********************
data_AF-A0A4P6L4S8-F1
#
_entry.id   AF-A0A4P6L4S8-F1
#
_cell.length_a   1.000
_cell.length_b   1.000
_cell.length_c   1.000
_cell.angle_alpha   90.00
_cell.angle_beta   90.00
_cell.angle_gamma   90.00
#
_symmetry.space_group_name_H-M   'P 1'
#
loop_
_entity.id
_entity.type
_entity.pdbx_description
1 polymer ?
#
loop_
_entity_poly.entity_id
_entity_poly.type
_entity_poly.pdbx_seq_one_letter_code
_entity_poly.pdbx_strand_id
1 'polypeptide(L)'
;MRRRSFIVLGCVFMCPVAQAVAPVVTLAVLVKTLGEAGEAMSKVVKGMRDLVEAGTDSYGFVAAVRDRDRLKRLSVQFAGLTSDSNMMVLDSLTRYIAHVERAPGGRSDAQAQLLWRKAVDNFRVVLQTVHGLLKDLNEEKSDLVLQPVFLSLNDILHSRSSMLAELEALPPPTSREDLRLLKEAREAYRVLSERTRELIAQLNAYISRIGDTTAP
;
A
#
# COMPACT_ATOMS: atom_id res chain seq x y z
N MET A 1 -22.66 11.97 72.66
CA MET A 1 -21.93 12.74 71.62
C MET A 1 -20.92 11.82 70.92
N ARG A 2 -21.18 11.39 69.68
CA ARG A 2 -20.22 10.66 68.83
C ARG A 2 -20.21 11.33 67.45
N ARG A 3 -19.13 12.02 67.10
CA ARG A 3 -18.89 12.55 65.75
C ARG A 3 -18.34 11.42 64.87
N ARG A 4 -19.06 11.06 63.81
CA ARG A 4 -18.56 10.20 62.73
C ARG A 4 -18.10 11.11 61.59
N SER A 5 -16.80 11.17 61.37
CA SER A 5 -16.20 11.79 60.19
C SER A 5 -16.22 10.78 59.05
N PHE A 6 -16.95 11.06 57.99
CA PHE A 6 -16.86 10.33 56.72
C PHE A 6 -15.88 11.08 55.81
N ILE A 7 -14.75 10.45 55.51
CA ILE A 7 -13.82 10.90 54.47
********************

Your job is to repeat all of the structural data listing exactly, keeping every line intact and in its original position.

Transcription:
data_AF-A0A4P6L4S8-F1
#
_entry.id   AF-A0A4P6L4S8-F1
#
_cell.length_a   1.000
_cell.length_b   1.000
_cell.length_c   1.000
_cell.angle_alpha   90.00
_cell.angle_beta   90.00
_cell.angle_gamma   90.00
#
_symmetry.space_group_name_H-M   'P 1'
#
loop_
_entity.id
_entity.type
_entity.pdbx_description
1 polymer ?
#
loop_
_entity_poly.entity_id
_entity_poly.type
_entity_poly.pdbx_seq_one_letter_code
_entity_poly.pdbx_strand_id
1 'polypeptide(L)'
;MRRRSFIVLGCVFMCPVAQAVAPVVTLAVLVKTLGEAGEAMSKVVKGMRDLVEAGTDSYGFVAAVRDRDRLKRLSVQFAGLTSDSNMMVLDSLTRYIAHVERAPGGRSDAQAQLLWRKAVDNFRVVLQTVHGLLKDLNEEKSDLVLQPVFLSLNDILHSRSSMLAELEALPPPTSREDLRLLKEAREAYRVLSERTRELIAQLNAYISRIGDTTAP
;
A
#
# COMPACT_ATOMS: atom_id res chain seq x y z
N MET A 1 -22.66 11.97 72.66
CA MET A 1 -21.93 12.74 71.62
C MET A 1 -20.92 11.82 70.92
N ARG A 2 -21.18 11.39 69.68
CA ARG A 2 -20.22 10.66 68.83
C ARG A 2 -20.21 11.33 67.45
N ARG A 3 -19.13 12.02 67.10
CA ARG A 3 -18.89 12.55 65.75
C ARG A 3 -18.34 11.42 64.87
N ARG A 4 -19.06 11.06 63.81
CA ARG A 4 -18.56 10.20 62.73
C ARG A 4 -18.10 11.11 61.59
N SER A 5 -16.80 11.17 61.37
CA SER A 5 -16.20 11.79 60.19
C SER A 5 -16.22 10.78 59.05
N PHE A 6 -16.95 11.06 57.99
CA PHE A 6 -16.86 10.33 56.72
C PHE A 6 -15.88 11.08 55.81
N ILE A 7 -14.75 10.45 55.51
CA ILE A 7 -13.82 10.90 54.47